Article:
It is imperative to know that even on a scooter you must still follow all these traffic laws and all other rules of the road. Failure to do so can result in the police pulling you over or getting seriously hurt from an accident you caused.
Can You Text While Riding an E-Scooter?
Not only is it prohibited to text on your smartphone while driving a motorized scooter, but it is also prohibited to use your cell phone at all. This means no texting, calling, checking social media, or looking up directions. Some cities within the peach state may vary in their level of strictness on these laws.
The electric scooter companies themselves (like Lime, Bird, or Spin) do want their riders to be using their phones in motion so most cities act in accordance with them. For example, the city of Atlanta claims that no person shall use a telecommunications device of any sort while operating the e-scooter, according to Atlanta City Council Ordinance 18-0-1322.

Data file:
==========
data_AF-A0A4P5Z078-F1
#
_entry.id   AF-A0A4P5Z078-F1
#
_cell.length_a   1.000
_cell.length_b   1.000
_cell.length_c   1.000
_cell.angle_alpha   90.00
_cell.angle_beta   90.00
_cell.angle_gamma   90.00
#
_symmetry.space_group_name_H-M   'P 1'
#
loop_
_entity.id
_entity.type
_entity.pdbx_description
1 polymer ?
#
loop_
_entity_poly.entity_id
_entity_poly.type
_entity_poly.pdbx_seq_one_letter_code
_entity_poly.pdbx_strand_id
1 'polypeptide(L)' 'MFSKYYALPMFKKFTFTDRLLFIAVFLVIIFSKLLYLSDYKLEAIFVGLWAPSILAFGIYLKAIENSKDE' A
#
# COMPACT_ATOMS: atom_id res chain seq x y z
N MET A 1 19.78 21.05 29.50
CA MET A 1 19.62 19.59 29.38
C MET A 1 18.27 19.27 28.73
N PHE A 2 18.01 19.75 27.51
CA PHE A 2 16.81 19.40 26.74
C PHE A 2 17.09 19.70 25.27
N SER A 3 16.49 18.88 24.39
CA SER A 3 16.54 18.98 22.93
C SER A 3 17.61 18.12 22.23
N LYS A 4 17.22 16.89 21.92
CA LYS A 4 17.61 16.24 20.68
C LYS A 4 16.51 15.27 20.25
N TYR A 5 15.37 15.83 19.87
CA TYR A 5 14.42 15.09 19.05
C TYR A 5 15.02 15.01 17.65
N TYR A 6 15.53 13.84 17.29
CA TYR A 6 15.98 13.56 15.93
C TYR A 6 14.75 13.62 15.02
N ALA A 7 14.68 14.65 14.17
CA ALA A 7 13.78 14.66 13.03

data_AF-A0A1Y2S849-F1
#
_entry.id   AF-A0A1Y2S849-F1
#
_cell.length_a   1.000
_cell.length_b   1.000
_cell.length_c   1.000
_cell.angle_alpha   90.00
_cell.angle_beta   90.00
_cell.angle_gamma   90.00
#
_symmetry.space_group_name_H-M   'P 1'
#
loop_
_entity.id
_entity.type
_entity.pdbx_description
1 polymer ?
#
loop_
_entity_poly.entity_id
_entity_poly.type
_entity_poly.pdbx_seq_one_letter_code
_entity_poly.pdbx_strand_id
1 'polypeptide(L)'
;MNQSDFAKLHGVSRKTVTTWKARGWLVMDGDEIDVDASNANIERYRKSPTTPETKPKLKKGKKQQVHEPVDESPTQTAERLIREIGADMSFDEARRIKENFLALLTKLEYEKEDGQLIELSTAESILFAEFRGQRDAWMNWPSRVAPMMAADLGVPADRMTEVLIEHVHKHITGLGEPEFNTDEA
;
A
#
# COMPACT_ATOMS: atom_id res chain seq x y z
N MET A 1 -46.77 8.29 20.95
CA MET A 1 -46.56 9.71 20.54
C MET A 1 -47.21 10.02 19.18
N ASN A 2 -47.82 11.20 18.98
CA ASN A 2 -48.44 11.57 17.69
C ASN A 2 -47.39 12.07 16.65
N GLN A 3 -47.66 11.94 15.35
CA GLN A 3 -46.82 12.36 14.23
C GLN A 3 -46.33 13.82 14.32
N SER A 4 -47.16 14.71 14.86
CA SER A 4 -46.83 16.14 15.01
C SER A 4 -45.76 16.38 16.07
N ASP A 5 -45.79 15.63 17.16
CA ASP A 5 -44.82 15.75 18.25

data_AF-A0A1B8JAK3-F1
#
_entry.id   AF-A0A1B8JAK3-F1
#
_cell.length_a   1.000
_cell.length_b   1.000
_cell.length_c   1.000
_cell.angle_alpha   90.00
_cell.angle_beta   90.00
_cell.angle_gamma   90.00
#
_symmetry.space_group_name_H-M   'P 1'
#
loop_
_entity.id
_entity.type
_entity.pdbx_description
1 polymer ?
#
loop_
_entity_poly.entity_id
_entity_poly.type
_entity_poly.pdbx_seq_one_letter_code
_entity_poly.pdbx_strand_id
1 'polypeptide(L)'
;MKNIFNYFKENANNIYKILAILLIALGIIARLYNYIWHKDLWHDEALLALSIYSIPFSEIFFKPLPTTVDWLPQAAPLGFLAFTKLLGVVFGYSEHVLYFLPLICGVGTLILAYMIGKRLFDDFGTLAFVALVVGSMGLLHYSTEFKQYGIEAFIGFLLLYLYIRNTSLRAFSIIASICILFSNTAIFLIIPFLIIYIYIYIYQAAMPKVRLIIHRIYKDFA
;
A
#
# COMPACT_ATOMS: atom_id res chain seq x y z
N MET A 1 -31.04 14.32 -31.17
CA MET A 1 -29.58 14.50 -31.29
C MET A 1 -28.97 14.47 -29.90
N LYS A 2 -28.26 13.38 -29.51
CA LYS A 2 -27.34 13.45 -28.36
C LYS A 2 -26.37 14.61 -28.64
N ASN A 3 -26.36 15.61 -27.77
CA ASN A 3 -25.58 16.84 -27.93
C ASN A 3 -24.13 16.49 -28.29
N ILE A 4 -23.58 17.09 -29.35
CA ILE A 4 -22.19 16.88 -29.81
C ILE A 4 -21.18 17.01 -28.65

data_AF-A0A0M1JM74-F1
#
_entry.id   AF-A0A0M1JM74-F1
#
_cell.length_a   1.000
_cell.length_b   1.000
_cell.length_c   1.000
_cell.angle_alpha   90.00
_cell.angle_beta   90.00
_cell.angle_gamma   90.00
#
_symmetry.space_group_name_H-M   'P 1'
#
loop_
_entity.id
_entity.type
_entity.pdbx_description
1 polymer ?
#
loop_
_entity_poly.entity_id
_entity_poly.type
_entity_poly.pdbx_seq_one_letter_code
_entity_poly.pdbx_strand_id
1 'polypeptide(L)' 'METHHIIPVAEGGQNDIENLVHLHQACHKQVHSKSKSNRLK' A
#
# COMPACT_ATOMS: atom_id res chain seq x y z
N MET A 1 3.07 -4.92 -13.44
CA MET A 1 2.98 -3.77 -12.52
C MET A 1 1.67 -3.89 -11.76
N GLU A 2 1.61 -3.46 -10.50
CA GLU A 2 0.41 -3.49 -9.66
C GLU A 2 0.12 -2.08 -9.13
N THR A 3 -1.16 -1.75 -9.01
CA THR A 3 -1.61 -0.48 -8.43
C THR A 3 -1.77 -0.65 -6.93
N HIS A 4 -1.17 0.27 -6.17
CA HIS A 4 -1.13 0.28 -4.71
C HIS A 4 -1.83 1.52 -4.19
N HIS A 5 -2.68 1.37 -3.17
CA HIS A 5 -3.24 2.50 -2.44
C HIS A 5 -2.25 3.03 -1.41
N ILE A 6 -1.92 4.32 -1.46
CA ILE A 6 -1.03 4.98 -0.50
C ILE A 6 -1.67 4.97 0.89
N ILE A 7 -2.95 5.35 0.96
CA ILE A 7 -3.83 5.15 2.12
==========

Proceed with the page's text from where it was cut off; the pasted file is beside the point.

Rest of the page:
Can You Be Drunk While Riding an E-Scooter?
After a night out of drinking some people believe that it is a safer and more legal option to hop on an electric scooter to get home rather than driving a car. However, this is not true. It is still illegal to be under the influence of drugs or alcohol while operating a motorized scooter. This is because it is still extremely dangerous to be on the roads while intoxicated in any capacity
Driving a Bird, Lime, or Spin scooter, after you have been drinking alcohol can land you a serious DUI charge. Some of the penalties for this DUI charge include:
- Hefty fines
- Suspension of your license
- DUI driver intervention classes
- Jail/prison time
Of course, e-scooters and cars are not the only vehicles that have DUI Laws pertaining to them. A full list of these vehicles would include:
- Passenger cars
It is not worth risking facing any of these punishments. Do not even think about hopping on a motorized scooter after you and your friends have had a long night out drinking.
What Are the Parking Laws for Electric Scooters?